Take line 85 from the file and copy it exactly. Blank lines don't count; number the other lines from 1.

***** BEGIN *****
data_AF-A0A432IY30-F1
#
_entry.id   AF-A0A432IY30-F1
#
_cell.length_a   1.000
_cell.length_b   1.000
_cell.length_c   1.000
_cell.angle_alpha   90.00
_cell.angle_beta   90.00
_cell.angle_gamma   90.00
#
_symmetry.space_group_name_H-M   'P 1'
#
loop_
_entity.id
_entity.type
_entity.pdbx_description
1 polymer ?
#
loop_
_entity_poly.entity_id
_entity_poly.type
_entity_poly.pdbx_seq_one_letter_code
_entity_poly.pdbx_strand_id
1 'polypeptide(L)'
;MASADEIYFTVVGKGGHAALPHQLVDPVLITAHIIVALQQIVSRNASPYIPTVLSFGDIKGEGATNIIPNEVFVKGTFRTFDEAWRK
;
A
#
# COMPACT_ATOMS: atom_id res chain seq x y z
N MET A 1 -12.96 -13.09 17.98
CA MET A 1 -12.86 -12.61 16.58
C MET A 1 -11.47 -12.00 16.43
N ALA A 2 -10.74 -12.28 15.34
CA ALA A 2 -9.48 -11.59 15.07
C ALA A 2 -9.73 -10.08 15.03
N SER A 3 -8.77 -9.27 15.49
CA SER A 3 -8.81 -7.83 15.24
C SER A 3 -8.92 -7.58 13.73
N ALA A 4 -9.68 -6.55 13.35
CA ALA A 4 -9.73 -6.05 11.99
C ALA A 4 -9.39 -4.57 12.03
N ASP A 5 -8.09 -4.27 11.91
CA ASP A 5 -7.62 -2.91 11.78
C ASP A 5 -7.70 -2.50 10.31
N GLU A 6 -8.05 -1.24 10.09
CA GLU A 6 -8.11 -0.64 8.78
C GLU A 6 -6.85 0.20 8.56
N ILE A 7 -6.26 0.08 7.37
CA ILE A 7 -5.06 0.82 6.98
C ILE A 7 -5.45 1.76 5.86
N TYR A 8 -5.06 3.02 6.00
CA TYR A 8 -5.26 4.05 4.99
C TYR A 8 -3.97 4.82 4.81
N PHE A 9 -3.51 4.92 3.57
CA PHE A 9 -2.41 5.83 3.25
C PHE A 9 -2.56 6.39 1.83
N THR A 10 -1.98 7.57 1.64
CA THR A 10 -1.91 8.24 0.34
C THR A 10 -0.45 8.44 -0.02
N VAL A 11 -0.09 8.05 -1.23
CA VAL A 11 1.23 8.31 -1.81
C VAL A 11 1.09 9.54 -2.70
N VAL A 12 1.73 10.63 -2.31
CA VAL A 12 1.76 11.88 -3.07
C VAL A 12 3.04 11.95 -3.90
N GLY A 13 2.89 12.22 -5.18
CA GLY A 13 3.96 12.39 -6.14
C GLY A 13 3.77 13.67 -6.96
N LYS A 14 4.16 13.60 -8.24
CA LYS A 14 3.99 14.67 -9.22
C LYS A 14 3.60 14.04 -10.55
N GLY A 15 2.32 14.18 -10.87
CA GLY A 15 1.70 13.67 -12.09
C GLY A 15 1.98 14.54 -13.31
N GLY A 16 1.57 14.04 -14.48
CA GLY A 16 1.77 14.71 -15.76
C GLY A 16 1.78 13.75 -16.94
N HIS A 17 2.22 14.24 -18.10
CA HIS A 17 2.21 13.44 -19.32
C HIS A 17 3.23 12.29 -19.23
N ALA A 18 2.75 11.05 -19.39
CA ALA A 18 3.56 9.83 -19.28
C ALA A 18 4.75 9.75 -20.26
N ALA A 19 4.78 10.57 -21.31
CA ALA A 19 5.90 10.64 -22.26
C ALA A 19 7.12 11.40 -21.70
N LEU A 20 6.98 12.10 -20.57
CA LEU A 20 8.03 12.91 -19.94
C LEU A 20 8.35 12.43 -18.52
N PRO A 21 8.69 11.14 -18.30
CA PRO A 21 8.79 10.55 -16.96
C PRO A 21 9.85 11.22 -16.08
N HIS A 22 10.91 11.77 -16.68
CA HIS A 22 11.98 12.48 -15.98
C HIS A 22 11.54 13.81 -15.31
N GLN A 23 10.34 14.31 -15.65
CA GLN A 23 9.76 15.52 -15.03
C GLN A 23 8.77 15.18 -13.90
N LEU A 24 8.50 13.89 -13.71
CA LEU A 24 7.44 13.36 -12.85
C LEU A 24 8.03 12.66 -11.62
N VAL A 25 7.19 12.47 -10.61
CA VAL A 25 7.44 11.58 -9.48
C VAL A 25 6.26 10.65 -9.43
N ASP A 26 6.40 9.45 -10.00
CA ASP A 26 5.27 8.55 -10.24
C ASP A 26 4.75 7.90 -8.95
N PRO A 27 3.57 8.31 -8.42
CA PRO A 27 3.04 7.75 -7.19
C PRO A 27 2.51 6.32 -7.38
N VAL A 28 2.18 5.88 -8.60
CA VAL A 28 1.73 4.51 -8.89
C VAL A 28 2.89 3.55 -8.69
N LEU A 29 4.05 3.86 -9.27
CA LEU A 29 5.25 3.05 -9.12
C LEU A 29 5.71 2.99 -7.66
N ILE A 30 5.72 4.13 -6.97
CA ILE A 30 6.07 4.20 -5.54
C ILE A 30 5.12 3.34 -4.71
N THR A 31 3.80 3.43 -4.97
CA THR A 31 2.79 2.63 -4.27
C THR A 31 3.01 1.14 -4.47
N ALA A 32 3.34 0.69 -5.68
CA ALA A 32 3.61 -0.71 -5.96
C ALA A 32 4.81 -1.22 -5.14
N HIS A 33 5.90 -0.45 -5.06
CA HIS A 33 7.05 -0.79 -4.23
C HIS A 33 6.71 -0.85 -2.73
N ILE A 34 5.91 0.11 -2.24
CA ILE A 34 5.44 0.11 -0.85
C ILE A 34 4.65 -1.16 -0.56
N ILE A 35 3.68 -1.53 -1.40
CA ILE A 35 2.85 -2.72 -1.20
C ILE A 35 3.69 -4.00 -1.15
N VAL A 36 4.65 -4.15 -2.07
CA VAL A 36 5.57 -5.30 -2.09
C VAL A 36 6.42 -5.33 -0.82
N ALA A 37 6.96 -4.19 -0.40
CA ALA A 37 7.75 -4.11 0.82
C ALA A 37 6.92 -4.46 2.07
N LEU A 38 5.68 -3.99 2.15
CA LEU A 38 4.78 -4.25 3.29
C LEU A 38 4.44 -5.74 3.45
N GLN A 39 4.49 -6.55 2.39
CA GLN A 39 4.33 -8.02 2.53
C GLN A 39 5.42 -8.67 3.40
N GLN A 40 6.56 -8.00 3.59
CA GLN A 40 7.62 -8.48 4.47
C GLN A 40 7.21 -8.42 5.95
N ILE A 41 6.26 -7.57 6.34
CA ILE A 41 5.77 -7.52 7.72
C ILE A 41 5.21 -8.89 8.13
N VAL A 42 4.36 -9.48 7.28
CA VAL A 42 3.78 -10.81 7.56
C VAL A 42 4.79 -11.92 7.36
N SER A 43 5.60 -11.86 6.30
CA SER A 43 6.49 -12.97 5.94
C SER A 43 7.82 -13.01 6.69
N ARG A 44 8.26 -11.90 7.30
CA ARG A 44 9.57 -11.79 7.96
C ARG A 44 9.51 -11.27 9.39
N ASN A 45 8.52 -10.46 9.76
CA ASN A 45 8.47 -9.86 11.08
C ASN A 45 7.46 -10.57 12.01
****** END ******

N ALA A 19 4.78 10.57 -21.31